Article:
KVCR Going to Low VHF


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Mister B

SatelliteGuys Pro
Original poster
Pub Member / Supporter
Jun 3, 2008
El Paso County Texas
Last year a friend of mine in the Los Angeles area asked me to put up an antenna at his vacation home in San Juan Capistrano. I had previously told him there was not much hope based on TVFool results but he really wanted to give it a try rather than use a pay service for just a couple of days per week. We bought the Antennas Direct DB4e with the add on high VHF rod. I was pleasantly surprised how well it worked. The major Los Angeles stations from Mt. Wilson come in about 75% of the time although they can break up for no apparent reason. I think TVFool is not extremely accurate in such extreme fringe situations. On some days the San Diego channels actually come in better than LA and according to the chart they should be almost impossible.
One channel that is always dependable is KVCR the PBS outlet for the Inland Empire. Again on TVFool it should not be very reliable but if we turn the antenna in that direction it is watchable day and night. I keep an eye on changes coming to the LA market for this reason and now I see that KVCR has sold out and will be moving to low VHF 5. I have "Goggled" around and can not get a date on when this expected to happen. Even more so, I have no idea if channel 5 will come in as well as the current channel 26. Low VHF had a reputation of floating over ridges better than UHF so that would be a hopeful sign. On top of that I also have not located a single low VHF antenna currently for sale on the internet. I knew Solid Signal and Summit Source used to have at least one but now they seem to be discontinued. I have several low vhf/high vhf uhf combiners and it would be ideal to couple a low vhf antenna on to the current set-up so as not to need the pole to be rotated to get KVCR.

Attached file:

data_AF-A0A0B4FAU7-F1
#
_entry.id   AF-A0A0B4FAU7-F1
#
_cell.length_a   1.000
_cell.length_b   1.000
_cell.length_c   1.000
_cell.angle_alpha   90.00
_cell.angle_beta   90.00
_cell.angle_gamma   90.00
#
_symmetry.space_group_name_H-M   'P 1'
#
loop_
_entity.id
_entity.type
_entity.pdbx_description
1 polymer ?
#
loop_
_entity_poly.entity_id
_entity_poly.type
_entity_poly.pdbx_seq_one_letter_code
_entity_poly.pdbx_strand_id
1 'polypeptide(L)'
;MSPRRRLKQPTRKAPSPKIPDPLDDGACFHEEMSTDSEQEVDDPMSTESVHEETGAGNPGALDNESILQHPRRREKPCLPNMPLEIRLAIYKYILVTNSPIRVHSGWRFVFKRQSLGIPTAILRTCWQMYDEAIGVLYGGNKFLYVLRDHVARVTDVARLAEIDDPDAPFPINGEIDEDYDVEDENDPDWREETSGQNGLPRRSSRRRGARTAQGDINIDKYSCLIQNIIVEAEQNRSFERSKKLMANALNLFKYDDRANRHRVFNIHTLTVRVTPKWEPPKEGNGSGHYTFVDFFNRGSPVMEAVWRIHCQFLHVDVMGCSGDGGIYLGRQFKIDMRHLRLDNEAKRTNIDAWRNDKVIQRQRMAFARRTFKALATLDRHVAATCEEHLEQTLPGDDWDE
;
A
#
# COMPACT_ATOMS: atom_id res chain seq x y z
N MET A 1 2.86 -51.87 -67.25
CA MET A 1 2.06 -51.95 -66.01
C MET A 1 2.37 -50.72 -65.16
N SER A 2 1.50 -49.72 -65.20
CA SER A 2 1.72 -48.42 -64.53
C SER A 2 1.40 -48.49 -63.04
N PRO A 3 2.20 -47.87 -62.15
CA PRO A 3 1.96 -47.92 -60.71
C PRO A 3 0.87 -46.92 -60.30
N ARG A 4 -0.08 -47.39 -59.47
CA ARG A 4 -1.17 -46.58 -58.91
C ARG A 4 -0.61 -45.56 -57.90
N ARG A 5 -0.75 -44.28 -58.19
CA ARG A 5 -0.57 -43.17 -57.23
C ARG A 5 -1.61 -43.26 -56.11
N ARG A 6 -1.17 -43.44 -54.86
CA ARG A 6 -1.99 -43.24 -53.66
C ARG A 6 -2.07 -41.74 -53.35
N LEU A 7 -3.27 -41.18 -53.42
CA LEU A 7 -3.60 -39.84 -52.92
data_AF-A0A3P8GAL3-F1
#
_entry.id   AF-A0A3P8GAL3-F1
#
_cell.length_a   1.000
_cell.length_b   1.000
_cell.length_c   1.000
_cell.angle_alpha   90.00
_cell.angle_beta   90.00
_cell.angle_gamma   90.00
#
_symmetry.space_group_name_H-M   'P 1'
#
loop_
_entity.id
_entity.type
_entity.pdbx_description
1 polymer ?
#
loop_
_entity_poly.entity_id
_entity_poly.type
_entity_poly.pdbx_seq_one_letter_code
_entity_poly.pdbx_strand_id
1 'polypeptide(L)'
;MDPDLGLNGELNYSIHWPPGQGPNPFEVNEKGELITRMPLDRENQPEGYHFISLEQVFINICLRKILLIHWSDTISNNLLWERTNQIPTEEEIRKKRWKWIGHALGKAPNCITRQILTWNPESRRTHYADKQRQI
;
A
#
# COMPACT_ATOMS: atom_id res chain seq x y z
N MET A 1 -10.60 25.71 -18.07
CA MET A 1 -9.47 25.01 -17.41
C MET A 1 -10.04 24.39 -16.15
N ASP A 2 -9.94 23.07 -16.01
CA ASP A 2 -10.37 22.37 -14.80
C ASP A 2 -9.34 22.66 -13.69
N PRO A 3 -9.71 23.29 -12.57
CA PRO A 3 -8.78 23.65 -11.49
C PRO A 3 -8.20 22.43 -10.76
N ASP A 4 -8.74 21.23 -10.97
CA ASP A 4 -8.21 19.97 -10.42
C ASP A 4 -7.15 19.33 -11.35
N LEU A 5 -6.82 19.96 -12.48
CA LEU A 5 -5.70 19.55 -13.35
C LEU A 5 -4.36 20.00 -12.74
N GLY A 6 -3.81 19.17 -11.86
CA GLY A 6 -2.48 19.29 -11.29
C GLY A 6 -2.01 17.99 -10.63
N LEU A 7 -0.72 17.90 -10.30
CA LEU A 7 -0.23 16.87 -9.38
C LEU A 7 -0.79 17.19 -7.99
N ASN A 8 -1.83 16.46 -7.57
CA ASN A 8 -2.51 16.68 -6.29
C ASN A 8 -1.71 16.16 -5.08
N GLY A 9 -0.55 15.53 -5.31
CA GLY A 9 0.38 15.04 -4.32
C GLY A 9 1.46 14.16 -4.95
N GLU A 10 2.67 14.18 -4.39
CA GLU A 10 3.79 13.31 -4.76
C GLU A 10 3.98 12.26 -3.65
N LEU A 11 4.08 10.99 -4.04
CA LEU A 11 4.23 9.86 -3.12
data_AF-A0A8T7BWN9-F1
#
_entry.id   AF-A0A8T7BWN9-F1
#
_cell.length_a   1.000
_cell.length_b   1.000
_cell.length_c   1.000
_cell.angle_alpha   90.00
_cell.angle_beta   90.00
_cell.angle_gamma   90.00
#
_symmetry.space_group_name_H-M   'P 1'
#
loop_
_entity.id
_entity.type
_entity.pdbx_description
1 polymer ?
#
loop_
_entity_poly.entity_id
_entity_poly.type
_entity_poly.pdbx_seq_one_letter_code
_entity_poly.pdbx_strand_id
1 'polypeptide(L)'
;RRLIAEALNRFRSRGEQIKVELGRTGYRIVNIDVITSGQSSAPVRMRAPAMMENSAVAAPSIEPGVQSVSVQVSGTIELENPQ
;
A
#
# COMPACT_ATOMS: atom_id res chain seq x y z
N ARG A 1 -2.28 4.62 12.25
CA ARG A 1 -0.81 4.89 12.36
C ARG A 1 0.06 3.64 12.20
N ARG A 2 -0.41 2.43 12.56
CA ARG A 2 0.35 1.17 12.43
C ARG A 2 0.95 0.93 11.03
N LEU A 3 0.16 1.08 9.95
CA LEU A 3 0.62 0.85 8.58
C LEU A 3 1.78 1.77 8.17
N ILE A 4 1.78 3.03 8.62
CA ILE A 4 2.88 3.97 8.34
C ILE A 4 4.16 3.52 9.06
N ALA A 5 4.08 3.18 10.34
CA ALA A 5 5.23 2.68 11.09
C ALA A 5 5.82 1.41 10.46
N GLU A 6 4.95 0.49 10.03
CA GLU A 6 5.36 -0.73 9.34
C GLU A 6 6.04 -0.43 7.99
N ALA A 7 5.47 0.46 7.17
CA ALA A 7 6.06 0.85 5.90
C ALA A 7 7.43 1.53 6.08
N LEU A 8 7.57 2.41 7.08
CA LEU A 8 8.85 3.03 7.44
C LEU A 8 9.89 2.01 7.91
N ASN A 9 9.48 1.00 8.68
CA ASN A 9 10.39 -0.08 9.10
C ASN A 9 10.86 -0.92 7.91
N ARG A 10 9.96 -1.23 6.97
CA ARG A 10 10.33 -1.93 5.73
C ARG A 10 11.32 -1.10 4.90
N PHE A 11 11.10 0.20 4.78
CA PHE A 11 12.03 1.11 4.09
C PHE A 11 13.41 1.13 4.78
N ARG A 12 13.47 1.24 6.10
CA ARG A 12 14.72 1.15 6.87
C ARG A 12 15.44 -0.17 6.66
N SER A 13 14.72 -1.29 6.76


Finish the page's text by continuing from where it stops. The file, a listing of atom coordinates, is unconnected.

If any members have any thoughts on this interesting situation it would be a great discussion point.
More specifically, VHF low is 57-85MHz (center frequencies) while VHF high is 177-213MHz. The wavelength difference is substantial and it isn't a nice round multiple where you can carelessly rely on harmonics for the high band (although the third harmonic may fit in a few situations).
When TV antennas were more popular say 1960-1970 you could buy cut to channel TV antennas such as one for CH 2 that could be combined in a master antenna system with other channels such as 8 & 14 aimed in different directions. But we have cabled and satellited ourselves out of those solutions.
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In the LA market myself, ... but nah ...

I don't think anyone's really selling exclusively VHF-lo antennas nowadays.

Think your only option is to simply purchase an entire VHF-lo/hi and UHF multiband model.

With all the repack movements I was thinking of replacing my current VHF-hi/UHF Winegard HD7697P with the VHF-lo band capable cousin the HD8200U such as.

Winegard Heavy Duty Platinum VHF UHF FM Outdoor TV Antenna (HD8200U) from Solid Signal

But with only KVCR-24, which would have to be received off-axis, if at all, since I'm naturally pointed toward Mt. Wilson/Harvard. And Spanish KWHY-22, that I don't watch anyway, scheduled to move to VHF-lo. I don't think the antenna upgrade is really worth it.

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Ive never seen antennas marketed as “VHF Low” or “VHF High.” It’s always “VHF” or “UHF” or “VHF/UHF.”